Good afternoon. Here’s the latest news you need to know in Chicago. It’s about a 5-minute read that will brief you on today’s biggest stories. Note: Afternoon Edition will not publish until Monday, Dec. 27. Have a happy holiday!
Chicago’s most important news of the day, delivered every weekday afternoon. Plus, a bonus issue on Saturdays that dives into the city’s storied history.
This afternoon will be mostly cloudy with a high near 44 degrees. Similar conditions will continue into tonight with a low around 36 degrees. Tomorrow will be cloudy with a chance of rain and a high near 52 degrees. Christmas Day is expected to be mostly cloudy with a high near 45 degrees and a 50% chance of rain.
When the top Chicago Public Schools official for racial equity learned that CPS had 30 schools named for slaveholders, his immediate reaction was surprise and outrage.
“It’s dehumanizing, and it’s something that we have to work on and change,” Maurice Swinney said when presented with the Chicago Sun-Times findings, acknowledging that he hadn’t known how many school names were linked to slavery. “And we got to disrupt it, we got to stop it, we got to change it.”
Swinney said he would lead an effort to change the names of schools named for anyone involved in slavery. People of color would be involved in those discussions. And the system-wide rules for schools considering changing their names would be updated and be brought before the Chicago Board of Education for approval by the start of the new school year — even amid the coronavirus pandemic.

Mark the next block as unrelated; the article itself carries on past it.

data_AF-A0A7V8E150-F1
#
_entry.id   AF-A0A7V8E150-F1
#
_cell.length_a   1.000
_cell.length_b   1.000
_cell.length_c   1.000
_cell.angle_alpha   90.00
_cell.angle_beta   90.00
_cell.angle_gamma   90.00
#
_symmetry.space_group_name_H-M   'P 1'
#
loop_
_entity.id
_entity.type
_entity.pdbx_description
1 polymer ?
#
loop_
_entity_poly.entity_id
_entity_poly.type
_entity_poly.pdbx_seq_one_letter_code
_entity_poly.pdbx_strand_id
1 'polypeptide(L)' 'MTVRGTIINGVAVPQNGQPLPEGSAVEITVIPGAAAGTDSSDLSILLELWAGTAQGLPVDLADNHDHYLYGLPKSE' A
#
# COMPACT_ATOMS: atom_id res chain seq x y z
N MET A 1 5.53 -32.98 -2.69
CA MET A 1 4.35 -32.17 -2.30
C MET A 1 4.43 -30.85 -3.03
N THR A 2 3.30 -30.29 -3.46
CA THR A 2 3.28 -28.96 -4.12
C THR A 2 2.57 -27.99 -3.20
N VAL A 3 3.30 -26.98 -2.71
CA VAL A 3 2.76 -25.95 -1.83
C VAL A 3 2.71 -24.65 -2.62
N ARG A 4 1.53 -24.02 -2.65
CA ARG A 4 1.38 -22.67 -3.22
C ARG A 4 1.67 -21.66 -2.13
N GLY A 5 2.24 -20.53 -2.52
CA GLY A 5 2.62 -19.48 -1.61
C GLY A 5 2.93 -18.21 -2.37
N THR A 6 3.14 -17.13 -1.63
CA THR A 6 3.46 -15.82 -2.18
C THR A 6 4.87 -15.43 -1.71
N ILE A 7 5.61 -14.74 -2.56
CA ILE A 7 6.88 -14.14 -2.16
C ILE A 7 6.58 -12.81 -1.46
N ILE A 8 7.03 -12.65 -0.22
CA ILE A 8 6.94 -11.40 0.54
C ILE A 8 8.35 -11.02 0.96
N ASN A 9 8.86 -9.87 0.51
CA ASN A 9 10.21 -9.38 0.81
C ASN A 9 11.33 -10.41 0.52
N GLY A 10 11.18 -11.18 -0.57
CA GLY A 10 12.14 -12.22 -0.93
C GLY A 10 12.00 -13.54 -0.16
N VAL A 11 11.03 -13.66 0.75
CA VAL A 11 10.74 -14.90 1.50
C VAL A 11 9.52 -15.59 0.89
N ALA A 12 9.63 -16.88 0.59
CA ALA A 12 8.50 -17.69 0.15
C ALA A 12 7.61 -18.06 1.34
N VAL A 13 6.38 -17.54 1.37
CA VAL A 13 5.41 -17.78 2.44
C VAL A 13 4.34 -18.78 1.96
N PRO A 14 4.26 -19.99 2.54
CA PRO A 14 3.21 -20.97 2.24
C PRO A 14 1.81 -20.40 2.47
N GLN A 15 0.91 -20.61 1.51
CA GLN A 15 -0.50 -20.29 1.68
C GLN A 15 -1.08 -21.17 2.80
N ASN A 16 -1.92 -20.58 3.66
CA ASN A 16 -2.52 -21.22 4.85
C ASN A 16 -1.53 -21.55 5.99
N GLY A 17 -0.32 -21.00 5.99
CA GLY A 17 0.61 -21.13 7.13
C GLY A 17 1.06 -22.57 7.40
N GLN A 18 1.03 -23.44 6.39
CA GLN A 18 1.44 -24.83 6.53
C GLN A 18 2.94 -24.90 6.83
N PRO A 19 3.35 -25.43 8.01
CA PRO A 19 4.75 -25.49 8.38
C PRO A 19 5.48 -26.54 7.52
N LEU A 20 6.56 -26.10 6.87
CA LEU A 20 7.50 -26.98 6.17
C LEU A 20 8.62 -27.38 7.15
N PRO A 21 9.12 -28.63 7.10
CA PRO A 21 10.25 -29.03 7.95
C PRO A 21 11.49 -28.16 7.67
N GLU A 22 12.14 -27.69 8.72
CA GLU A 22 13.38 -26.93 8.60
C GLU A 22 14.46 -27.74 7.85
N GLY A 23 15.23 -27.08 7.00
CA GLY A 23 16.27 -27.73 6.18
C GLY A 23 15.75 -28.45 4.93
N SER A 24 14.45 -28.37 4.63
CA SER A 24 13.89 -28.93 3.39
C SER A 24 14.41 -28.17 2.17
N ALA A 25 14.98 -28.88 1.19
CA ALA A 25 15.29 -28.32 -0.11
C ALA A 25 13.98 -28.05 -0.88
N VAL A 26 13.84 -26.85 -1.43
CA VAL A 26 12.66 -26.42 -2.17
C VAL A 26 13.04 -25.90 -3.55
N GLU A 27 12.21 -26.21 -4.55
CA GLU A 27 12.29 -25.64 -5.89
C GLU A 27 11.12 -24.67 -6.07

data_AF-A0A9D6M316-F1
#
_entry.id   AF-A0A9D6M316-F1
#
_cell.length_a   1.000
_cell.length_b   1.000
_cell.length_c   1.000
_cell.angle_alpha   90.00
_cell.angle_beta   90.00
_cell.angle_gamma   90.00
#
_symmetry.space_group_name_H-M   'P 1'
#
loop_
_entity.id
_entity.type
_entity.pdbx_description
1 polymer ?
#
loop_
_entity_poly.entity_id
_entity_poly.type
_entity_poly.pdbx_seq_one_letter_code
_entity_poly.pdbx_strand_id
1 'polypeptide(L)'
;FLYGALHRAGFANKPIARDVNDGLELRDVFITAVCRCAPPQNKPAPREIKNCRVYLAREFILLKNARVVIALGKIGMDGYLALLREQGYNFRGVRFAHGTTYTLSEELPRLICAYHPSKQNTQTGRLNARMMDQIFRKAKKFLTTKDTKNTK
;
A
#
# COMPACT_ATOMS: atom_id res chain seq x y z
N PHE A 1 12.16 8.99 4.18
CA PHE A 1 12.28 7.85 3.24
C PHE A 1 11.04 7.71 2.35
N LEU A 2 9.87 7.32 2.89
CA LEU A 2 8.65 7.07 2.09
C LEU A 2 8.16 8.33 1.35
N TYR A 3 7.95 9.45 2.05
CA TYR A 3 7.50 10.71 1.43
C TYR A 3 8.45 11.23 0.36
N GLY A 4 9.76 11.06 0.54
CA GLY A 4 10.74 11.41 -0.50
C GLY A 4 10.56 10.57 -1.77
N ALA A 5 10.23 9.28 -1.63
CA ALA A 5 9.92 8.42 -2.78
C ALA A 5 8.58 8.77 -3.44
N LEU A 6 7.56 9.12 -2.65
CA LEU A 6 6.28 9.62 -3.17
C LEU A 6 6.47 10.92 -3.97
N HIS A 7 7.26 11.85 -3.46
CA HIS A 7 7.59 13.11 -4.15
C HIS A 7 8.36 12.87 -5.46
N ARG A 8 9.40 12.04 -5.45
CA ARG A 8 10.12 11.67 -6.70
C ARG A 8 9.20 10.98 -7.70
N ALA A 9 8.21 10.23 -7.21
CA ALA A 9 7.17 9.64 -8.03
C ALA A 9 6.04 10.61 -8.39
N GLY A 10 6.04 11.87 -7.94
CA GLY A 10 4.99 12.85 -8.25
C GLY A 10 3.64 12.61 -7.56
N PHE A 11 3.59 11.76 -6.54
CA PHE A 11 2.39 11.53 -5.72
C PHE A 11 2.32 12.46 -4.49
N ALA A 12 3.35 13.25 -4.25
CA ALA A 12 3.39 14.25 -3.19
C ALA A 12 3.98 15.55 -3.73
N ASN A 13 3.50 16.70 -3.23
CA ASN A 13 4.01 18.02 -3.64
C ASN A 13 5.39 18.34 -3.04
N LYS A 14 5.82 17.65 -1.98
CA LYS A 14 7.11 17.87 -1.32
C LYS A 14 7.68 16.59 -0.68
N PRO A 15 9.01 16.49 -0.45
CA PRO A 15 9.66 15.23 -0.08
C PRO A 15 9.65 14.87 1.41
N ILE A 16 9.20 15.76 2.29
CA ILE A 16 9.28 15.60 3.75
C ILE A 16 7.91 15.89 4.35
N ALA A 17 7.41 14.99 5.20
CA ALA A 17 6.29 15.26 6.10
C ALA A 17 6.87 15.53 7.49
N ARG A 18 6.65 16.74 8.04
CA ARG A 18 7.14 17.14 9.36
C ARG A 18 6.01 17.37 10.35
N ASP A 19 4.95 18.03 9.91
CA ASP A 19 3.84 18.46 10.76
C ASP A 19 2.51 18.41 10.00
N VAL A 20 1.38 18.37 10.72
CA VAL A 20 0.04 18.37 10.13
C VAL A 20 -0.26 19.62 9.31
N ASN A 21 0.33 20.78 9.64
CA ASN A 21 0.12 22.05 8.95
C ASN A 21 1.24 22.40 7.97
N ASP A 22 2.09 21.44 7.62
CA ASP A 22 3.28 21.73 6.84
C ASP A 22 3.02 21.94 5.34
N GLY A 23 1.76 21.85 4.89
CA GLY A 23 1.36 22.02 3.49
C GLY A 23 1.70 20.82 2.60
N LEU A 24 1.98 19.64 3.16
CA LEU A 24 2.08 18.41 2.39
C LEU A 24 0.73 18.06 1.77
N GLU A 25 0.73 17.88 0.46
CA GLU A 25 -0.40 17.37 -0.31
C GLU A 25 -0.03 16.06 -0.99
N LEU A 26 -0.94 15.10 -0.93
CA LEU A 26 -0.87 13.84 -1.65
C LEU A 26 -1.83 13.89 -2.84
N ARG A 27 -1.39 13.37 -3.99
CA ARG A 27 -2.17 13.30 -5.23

And then CPS also might look at schools named for 35 other historical figures who publicly embraced racist or misogynistic views.
That was one year ago.
Since then, one Chicago school with a name linked to slavery has shed its slaveholder namesake. And the Board of Ed has yet to be presented with the rules change that Swinney, who since has been promoted to CPS’s interim chief educational officer, said would come months ago.
Swinney has declined interview requests made through a CPS spokeswoman beginning in mid-November about the slaveholder school names and the changes he promised 12 months ago were coming.
The spokeswoman says the delays are because of the coronavirus pandemic, which hit the United States in March 2020, shutting down schools and putting a wrench in all but essential operations, and a change in administration that saw Janice Jackson resign in May as the school system’s chief executive officer. Jackson was replaced in September by Pedro Martinez.
More news you need
- Cook County, following Chicago’s lead, will impose a COVID-19 vaccination requirement for customers of restaurants, bars, entertainment venues and fitness centers beginning Jan. 3. The county’s announcement today came as Illinois reported a single-day record of 18,942 new cases.
- Illinois Senate Majority Leader Kimberly Lightford revealed today that her husband fired shots at carjackers after a Mercedes SUV they were in was seized from them at gunpoint in Broadview. Police said they recovered the Mercedes, which Lightford said was a “loaner” she got from a dealer while her vehicle was in the shop.
- Family and friends are mourning the loss of Eladio Gomez, who died in a fire last week at his home in Belmont Central. A firefighter, MaShawn Plummer, collapsed while battling the blaze and died days later.